“Evening Mahinapua Creek, Hokitika,” oil on canvas, by Charles Blomfield, 1912.

by Justin Hunt

Pollen dusts our yard. The oaks, heavy
with seed, rake the past from wind,

and an old friend’s voice comes to me,
the words she spoke before she died:

I think of home every day, every day,
though she was ninety-six, had left

the prairie at twenty-five. Every day,
every day, gurgles the creek below,

its throat yellow and hoarse, and I wish
many things were otherwise.

Like my friend, I’ve lost home. I fear
I’ll lose again. Something’s missing,

and I’m impatient with myself,
disgusted I have no lines for this,

only the feeling I’m the tenor in a Puccini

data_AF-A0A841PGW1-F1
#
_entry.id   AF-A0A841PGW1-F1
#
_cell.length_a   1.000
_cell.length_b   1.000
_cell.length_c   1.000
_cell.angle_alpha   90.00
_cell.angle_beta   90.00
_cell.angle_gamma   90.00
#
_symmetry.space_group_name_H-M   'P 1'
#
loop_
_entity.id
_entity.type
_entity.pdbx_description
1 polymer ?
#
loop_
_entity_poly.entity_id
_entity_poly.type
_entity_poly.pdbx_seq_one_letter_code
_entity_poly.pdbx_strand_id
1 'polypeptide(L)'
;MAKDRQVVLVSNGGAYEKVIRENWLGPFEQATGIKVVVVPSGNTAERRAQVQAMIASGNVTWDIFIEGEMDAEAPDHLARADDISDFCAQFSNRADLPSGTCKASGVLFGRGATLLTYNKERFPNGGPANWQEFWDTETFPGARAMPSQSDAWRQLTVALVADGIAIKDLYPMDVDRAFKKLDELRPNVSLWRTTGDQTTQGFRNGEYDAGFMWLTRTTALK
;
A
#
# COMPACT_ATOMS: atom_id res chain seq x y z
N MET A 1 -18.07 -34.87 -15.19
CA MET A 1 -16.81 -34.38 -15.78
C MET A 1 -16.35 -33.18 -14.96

duet, and my wife the soprano,

and those we’ve loved the orchestra.
Oh, how we sing and flail and blow,

how we strike our high Cs, how we bellow
our fires but for a moment, then drift

down nameless creeks, on yellow swirls.

Justin Hunt’s poetry has won several awards, most recently 1st place in the Porter Fleming Literary Competition, 2nd place in the River Styx and Strokestown (Ireland) international contests, and honorable mentions and commendations in numerous other competitions. Hunt’s work also appears or is forthcoming in Five Points, The Florida Review, Michigan Quarterly Review, Solstice, and Barrow Street, among other publications.